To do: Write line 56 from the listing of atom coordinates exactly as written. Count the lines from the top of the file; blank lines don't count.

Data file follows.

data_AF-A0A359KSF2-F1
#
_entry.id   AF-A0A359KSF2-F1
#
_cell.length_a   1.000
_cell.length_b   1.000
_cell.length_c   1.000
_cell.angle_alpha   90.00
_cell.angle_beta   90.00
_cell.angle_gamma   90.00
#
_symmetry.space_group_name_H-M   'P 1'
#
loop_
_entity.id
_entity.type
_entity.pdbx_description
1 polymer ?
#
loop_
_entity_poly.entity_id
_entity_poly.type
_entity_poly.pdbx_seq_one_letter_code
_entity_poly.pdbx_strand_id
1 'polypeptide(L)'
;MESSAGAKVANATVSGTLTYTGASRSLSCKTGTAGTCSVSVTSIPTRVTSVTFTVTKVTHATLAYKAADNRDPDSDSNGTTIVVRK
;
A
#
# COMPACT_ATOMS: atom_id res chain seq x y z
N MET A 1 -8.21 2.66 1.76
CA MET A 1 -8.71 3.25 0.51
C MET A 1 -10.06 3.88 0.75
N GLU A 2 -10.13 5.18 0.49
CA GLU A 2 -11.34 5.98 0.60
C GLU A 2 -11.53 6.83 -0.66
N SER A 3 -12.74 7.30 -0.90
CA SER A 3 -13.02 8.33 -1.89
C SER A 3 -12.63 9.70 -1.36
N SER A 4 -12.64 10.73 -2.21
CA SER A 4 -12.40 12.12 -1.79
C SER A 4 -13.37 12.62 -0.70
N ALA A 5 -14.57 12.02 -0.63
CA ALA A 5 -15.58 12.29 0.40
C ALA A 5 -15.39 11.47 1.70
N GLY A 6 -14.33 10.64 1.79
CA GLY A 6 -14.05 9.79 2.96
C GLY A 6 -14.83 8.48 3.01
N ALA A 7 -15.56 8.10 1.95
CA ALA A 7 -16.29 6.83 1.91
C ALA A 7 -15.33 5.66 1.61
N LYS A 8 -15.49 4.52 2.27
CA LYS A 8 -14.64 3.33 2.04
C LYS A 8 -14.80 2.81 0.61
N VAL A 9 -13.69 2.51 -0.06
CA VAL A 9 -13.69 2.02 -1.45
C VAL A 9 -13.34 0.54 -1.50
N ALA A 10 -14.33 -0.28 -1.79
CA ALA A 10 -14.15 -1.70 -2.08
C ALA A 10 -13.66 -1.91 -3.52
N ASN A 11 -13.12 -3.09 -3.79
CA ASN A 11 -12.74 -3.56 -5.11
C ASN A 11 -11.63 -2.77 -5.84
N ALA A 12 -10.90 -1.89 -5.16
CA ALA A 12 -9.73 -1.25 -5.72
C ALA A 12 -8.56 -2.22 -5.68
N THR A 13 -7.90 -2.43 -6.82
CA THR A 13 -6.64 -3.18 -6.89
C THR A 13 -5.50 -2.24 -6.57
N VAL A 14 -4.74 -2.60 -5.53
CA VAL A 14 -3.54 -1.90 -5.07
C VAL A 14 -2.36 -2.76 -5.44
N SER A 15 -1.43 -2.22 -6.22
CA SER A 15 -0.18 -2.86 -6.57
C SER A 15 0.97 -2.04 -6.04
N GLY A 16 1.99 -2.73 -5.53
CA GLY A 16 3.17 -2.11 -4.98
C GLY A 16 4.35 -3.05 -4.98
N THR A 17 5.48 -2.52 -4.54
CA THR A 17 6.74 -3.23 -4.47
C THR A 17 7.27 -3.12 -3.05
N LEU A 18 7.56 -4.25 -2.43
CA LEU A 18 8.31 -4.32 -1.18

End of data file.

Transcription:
CA VAL A 9 -13.69 2.02 -1.45